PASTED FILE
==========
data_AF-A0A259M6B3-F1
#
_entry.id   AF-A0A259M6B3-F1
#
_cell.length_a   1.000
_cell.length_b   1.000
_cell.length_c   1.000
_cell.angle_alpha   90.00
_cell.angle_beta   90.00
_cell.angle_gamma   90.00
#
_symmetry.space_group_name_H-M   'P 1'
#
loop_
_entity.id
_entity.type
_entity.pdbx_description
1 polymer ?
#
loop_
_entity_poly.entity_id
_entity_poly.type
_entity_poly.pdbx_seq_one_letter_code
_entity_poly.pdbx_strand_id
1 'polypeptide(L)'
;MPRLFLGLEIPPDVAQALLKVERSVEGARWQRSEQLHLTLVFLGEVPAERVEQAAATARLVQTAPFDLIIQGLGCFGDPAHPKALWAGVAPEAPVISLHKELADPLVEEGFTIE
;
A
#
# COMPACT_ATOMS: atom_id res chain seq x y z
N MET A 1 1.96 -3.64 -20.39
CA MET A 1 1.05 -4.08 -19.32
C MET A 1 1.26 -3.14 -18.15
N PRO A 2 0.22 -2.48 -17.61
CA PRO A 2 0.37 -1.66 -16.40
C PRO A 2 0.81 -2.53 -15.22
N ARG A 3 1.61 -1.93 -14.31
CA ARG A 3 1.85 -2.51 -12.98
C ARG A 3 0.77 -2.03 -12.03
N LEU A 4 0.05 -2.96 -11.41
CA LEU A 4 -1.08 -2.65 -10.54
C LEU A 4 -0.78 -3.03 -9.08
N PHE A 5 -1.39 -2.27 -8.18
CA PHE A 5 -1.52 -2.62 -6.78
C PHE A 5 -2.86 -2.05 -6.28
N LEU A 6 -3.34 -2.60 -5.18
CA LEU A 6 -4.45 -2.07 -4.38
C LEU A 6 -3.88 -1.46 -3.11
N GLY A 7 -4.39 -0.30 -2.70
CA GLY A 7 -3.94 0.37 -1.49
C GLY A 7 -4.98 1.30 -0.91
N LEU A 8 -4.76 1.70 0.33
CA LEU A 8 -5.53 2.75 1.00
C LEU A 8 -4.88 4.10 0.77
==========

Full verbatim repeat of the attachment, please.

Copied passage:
data_AF-A0A259M6B3-F1
#
_entry.id   AF-A0A259M6B3-F1
#
_cell.length_a   1.000
_cell.length_b   1.000
_cell.length_c   1.000
_cell.angle_alpha   90.00
_cell.angle_beta   90.00
_cell.angle_gamma   90.00
#
_symmetry.space_group_name_H-M   'P 1'
#
loop_
_entity.id
_entity.type
_entity.pdbx_description
1 polymer ?
#
loop_
_entity_poly.entity_id
_entity_poly.type
_entity_poly.pdbx_seq_one_letter_code
_entity_poly.pdbx_strand_id
1 'polypeptide(L)'
;MPRLFLGLEIPPDVAQALLKVERSVEGARWQRSEQLHLTLVFLGEVPAERVEQAAATARLVQTAPFDLIIQGLGCFGDPAHPKALWAGVAPEAPVISLHKELADPLVEEGFTIE
;
A
#
# COMPACT_ATOMS: atom_id res chain seq x y z
N MET A 1 1.96 -3.64 -20.39
CA MET A 1 1.05 -4.08 -19.32
C MET A 1 1.26 -3.14 -18.15
N PRO A 2 0.22 -2.48 -17.61
CA PRO A 2 0.37 -1.66 -16.40
C PRO A 2 0.81 -2.53 -15.22
N ARG A 3 1.61 -1.93 -14.31
CA ARG A 3 1.85 -2.51 -12.98
C ARG A 3 0.77 -2.03 -12.03
N LEU A 4 0.05 -2.96 -11.41
CA LEU A 4 -1.08 -2.65 -10.54
C LEU A 4 -0.78 -3.03 -9.08
N PHE A 5 -1.39 -2.27 -8.18
CA PHE A 5 -1.52 -2.62 -6.78
C PHE A 5 -2.86 -2.05 -6.28
N LEU A 6 -3.34 -2.60 -5.18
CA LEU A 6 -4.45 -2.07 -4.38
C LEU A 6 -3.88 -1.46 -3.11
N GLY A 7 -4.39 -0.30 -2.70
CA GLY A 7 -3.94 0.37 -1.49
C GLY A 7 -4.98 1.30 -0.91
N LEU A 8 -4.76 1.70 0.33
CA LEU A 8 -5.53 2.75 1.00
C LEU A 8 -4.88 4.10 0.77